Archive for January 2017

On the Hay Trail

Horses need free-choice grass or grass hay 24/7. And they need movement around the clock. It’s in their genetics. So we make sure our guy and gals have fresh grass and/or Bermuda grass hay (quantities of each dependent upon the time of year) around the calendar and around the clock. After every feeding, morning and evening, the hay goes into the Gator and gets distributed in what we call a hay trail, small piles strung out across the pasture, where the horses can play musical hay piles to their hearts’ content. During the winter, Read More→

10 Questions to Ask Before Hiring a Barefoot Trimmer

Taking your horse barefoot is more than just pulling his or her shoes. If your horse doesn’t move 8-20 miles a day on the hard dirt and rocks of the American west where the horse evolved for millions of years, your task becomes: to replicate what the horse would be doing for himself if he did live in the wild of the American west.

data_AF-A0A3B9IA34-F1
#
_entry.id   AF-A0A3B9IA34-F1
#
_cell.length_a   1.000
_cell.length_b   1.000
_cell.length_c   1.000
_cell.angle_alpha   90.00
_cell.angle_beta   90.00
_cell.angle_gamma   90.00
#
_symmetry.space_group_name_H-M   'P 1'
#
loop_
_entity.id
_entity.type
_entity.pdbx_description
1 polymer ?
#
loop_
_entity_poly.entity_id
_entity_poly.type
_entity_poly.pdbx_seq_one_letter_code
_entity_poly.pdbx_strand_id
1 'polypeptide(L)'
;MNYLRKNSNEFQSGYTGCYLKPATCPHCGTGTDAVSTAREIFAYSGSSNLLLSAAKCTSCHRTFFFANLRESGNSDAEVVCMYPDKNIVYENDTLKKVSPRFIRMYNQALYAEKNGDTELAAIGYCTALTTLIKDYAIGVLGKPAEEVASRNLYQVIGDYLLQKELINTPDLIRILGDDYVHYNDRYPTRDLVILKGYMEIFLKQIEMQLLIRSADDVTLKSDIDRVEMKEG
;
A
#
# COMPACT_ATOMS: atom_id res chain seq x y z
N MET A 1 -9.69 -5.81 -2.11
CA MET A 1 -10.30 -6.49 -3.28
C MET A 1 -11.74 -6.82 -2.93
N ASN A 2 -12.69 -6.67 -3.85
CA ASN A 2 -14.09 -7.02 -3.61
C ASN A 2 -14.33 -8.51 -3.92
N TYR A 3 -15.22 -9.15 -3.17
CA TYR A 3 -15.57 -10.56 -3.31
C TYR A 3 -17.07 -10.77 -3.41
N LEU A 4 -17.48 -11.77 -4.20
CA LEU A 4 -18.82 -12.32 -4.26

When we lived in the high desert of southern California and our horses were moving at least 8-10 miles a day they were almost taking care of their own feet. Not quite, but almost. They were trimmed every eight weeks and it was generally just a “maintenance” trim. Especially during the winter when most of their protein was going to their winter coats.

Mother Nature is growing that hoof to be able to deal with the wear and tear of 8-20 miles a day on that American western terrain, so if the horses are living in middle Tennessee, where we are now (or anywhere other than the American west actually) they need assistance (trimming) to reach that level of wear and tear they would be getting in the American west. Because Mother Nature doesn’t know they’re living in middle Tennessee. She prepared them genetically for the American west. Read More→